A Cup of Tea With... A Human Being Died That Night actor Matthew Marsh
Posted on 31 May 2013.
Posted in: Hampstead Downstairs
We chat to actor Matthew Marsh about returning to Hampstead, playing a notorious character and embarrassing moments on stage. Matthew is playing Eugene de Kock in A Human Being Died That Night which runs Downstairs until 15 June.
Welcome back to Hampstead Matthew (Matthew appeared in No Naughty Bits on the Main Stage in 2011) – how does it feel to be back?
Like a warm bath! The atmosphere in the building is great – it’s become a really buzzy theatre.
How are you finding Hampstead Downstairs in comparison to the Main Stage? And in comparison to other theatres you’ve worked in?
It’s smaller – and there are fewer toilets! But the flexibility of the space is terrific – for our show it’s configured into an intense prison cell.
How did you go about researching for the part?
I read Pumla [Gobodo-Madikizela]’s book and learned Nick Wright’s brilliant lines.
How did you want to portray Eugene de Kock? And what did you want the audience to feel for him?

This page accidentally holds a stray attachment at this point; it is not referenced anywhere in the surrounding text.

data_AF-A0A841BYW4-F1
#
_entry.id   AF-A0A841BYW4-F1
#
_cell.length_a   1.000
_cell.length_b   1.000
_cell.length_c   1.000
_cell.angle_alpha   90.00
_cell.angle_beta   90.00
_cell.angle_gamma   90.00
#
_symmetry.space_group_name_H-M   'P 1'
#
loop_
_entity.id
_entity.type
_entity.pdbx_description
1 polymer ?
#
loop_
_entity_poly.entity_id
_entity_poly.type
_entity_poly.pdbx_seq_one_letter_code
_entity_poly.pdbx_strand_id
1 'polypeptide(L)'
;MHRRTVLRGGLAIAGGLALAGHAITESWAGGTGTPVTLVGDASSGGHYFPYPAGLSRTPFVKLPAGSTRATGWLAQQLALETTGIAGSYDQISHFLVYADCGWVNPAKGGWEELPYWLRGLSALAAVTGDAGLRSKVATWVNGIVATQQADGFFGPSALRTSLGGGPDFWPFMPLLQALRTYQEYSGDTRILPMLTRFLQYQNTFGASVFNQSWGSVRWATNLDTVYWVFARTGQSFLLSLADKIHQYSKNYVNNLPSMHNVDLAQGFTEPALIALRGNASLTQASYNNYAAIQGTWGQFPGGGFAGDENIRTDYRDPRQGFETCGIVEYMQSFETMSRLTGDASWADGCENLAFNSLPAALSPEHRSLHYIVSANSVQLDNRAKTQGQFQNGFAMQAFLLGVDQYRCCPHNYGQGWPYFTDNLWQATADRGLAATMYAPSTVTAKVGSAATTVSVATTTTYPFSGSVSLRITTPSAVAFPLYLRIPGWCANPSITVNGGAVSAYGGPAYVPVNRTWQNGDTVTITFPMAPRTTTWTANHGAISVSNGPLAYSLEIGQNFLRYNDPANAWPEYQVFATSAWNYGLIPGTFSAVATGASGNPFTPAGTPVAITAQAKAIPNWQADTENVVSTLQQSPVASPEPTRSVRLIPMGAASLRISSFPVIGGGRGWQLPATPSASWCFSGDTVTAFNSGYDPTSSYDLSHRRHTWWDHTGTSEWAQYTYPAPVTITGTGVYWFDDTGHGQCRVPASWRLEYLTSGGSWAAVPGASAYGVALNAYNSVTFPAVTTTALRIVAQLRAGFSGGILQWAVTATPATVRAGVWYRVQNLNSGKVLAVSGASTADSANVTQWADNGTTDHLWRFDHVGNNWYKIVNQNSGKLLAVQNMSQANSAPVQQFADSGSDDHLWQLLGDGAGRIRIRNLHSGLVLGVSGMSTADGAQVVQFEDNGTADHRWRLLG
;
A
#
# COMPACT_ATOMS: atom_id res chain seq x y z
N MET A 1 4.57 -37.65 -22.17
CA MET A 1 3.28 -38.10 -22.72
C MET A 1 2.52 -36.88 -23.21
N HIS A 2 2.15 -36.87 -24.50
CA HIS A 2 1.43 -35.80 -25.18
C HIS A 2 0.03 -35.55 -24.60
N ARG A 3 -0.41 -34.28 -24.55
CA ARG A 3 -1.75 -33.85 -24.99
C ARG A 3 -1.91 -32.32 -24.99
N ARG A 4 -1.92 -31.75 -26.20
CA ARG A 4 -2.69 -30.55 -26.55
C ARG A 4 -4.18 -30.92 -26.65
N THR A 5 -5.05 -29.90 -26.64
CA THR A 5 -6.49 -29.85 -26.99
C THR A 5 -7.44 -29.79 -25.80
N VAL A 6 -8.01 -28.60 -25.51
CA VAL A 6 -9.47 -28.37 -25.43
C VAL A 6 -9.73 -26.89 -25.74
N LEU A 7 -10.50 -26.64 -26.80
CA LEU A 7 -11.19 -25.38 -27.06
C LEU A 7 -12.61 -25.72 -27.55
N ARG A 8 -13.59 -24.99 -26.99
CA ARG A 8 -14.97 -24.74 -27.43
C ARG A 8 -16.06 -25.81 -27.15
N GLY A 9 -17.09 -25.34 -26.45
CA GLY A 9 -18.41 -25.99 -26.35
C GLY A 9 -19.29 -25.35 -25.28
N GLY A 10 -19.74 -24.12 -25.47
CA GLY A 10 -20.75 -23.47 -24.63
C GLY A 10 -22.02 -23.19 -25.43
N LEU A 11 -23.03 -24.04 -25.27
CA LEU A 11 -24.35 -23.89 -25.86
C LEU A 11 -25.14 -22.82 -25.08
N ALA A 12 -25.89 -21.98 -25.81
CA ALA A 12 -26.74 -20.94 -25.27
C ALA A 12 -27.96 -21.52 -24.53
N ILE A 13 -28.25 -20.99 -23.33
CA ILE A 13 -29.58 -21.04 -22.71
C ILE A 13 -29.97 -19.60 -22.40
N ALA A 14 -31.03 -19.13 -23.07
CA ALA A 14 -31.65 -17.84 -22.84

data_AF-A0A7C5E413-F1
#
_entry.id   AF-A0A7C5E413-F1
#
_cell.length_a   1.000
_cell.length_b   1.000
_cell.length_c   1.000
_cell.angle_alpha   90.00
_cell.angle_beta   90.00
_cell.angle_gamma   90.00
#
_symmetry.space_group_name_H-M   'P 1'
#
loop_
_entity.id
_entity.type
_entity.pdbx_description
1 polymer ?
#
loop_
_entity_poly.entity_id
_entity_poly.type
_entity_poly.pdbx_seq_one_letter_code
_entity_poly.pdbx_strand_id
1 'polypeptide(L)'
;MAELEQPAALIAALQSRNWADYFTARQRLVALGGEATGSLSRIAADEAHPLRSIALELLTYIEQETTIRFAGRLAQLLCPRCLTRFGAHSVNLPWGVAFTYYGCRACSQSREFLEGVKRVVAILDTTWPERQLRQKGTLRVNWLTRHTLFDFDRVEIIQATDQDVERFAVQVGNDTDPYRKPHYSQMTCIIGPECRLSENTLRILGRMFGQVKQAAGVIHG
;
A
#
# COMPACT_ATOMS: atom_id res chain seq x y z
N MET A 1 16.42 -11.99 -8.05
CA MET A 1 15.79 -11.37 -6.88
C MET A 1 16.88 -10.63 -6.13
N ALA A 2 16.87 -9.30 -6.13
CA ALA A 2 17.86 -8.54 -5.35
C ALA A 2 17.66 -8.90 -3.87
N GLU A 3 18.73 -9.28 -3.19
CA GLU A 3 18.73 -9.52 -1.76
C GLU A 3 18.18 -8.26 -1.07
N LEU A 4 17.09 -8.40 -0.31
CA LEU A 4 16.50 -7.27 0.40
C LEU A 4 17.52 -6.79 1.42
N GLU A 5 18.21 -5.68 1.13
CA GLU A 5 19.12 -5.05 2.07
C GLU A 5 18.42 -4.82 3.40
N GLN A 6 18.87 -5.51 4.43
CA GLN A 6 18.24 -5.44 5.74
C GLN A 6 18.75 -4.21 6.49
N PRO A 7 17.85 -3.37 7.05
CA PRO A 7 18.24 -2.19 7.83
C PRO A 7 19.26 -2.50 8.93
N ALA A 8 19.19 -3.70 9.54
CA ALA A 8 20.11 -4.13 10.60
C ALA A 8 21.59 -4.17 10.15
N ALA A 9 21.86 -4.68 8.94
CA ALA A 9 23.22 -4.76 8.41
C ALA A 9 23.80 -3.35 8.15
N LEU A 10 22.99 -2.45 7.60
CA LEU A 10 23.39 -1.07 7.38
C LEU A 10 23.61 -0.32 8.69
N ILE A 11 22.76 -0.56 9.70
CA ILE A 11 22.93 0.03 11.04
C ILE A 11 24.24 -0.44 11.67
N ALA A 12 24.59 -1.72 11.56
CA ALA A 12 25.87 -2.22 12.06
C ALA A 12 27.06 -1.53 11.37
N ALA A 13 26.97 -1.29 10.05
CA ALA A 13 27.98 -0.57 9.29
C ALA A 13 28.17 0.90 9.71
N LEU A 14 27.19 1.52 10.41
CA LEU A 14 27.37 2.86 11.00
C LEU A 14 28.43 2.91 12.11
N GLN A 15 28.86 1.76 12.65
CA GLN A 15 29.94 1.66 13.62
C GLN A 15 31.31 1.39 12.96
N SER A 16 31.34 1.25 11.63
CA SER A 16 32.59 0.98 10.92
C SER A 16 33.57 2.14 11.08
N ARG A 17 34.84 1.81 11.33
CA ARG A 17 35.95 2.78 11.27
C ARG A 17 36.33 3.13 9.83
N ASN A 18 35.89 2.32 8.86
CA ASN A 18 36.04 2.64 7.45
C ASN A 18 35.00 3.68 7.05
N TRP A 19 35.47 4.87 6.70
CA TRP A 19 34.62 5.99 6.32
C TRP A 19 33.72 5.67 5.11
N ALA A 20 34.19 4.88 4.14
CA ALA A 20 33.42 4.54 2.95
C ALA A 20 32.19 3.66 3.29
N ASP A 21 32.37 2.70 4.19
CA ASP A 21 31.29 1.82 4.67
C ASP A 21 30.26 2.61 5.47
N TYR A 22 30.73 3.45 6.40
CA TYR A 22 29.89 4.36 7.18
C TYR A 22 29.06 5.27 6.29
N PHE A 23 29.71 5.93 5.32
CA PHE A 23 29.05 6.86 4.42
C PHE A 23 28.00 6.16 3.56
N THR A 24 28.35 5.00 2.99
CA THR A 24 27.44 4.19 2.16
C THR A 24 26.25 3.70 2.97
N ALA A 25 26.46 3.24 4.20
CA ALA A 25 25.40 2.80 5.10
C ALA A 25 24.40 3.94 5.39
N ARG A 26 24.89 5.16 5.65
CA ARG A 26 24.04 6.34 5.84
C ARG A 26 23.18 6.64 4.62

As true to Nick Wright’s version as possible. It’s up to the audience how they feel – I think there will be many different responses.
Do you prefer acting on stage or for screen?
I love the variety of doing both – but at the moment theatre has the edge.
What is your favourite line in the play?
‘Most people should be so lucky, they never got tested like I was tested.’
What play have you seen recently that you’ve really enjoyed? And why?
This House. Great to see a political play with a big cast – so well written and staged!
What has been your most embarrassing moment on stage?
In 1978, starting an unaccompanied song an octave too high forcing me to screech the ending.
Favourite places in London?